In 2016, a new version of the U.S. leading toxics law put one particular chemical at the forefront.
Fast forward five years later, and anything resembling a complete ban remains non-existent with a chemicals policy considered archaic, even with a new presidential administration. One of the milestones in the baffling, if not stubborn, refusal to outright ban asbestos is the Substances Control Act of 1976 that required an immediate overhaul.
A handful of companies in the asbestos business remain. Westlake Chemical stands out as a company that stopped the purchases of asbestos many years ago. In fact, 90 percent of their production incorporates an alternative way to manufacture electrolytic cells that are asbestos-free.
Yet, they remain the exception, not the rule.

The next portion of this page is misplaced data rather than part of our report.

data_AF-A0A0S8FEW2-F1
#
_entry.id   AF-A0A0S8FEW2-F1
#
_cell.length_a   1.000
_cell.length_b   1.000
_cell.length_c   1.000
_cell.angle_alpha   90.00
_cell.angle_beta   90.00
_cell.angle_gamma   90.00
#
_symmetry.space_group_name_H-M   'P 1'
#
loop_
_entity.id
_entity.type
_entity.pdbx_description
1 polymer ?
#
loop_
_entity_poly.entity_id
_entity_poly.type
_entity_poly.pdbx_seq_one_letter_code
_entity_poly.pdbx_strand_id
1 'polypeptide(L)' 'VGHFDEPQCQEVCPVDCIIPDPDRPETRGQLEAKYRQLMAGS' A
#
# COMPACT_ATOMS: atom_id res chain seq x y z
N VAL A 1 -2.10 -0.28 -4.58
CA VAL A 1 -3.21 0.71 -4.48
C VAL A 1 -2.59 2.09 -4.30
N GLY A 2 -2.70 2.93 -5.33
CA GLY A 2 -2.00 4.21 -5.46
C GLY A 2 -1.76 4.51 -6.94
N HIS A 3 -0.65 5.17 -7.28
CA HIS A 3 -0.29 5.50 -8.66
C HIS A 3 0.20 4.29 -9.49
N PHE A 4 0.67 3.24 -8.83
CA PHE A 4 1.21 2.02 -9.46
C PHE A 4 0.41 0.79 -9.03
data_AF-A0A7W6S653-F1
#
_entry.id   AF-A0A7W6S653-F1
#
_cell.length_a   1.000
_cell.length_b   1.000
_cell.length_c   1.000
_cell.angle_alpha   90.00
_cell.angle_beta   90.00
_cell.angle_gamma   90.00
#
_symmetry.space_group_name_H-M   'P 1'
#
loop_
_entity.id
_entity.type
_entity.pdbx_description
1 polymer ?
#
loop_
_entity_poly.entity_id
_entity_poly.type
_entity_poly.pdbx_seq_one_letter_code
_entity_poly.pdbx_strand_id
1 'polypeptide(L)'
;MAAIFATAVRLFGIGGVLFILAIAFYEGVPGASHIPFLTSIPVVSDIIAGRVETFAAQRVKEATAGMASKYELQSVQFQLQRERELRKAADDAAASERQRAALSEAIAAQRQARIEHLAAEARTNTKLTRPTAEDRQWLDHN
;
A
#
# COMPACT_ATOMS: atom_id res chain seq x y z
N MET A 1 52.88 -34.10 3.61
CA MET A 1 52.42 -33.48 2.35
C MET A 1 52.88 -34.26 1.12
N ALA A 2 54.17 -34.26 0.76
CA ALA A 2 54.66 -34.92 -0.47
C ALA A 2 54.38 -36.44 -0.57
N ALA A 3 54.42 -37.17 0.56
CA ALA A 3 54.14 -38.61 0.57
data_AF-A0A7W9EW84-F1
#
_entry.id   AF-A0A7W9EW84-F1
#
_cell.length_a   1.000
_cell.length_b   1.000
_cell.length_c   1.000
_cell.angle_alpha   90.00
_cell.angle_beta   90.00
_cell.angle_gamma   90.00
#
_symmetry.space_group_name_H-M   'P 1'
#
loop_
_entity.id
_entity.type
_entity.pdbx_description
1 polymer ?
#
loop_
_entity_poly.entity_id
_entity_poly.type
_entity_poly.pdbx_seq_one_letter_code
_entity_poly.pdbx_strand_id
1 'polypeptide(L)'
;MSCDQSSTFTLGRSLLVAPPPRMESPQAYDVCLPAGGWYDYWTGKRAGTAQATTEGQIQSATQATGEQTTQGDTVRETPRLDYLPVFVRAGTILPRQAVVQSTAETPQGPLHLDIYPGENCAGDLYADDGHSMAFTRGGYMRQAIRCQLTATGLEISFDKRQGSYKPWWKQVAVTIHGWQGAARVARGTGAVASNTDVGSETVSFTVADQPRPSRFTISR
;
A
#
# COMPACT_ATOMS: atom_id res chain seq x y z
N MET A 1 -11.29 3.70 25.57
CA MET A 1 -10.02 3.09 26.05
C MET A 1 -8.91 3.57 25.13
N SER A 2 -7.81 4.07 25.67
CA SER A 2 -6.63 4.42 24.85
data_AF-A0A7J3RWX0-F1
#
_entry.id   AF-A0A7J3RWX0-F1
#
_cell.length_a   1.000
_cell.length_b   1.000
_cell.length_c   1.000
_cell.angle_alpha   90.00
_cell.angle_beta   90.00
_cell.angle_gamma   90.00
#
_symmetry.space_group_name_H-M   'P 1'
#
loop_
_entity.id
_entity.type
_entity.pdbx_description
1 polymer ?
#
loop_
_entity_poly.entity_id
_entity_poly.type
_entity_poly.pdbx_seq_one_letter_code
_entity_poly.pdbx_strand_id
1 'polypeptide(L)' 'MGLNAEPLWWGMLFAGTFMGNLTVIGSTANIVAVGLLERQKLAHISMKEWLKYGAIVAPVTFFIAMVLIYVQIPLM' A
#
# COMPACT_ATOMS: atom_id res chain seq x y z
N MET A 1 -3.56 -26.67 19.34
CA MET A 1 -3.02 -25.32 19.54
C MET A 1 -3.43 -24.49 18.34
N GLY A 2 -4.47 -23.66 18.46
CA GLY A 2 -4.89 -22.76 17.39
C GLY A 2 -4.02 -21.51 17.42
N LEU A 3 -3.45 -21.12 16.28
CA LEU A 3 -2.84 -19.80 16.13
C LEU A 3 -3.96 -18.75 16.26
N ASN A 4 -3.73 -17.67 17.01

Asbestos manufacturing continues
Leading the charge in the continuation of asbestos manufacturing can be traced back to the industry itself. Leaders claim that asbestos – particularly involving chlor-alkali manufacturing – is “very well controlled.” They assert that companies are going the extra mile to limit exposure to their employees.
In 2020, raw chrysotile asbestos imported into the country came in at approximately 300 metric tons, an increase of more than a third from the previous year. Talc, a mineral mined near asbestos and often contaminated with the mineral, continues to exist in countless consumer products ranging from cosmetics to paint.
Talc is also the subject of 20,000-plus pending lawsuits. Legal experts predict that these asbestos-related legal actions will dominate courtrooms long into the future.
Meanwhile, politicians in Washington DC do little if anything to stop its use. The old saying of “where there is a will, there is a way” would apply if only those in powerful positions had the will.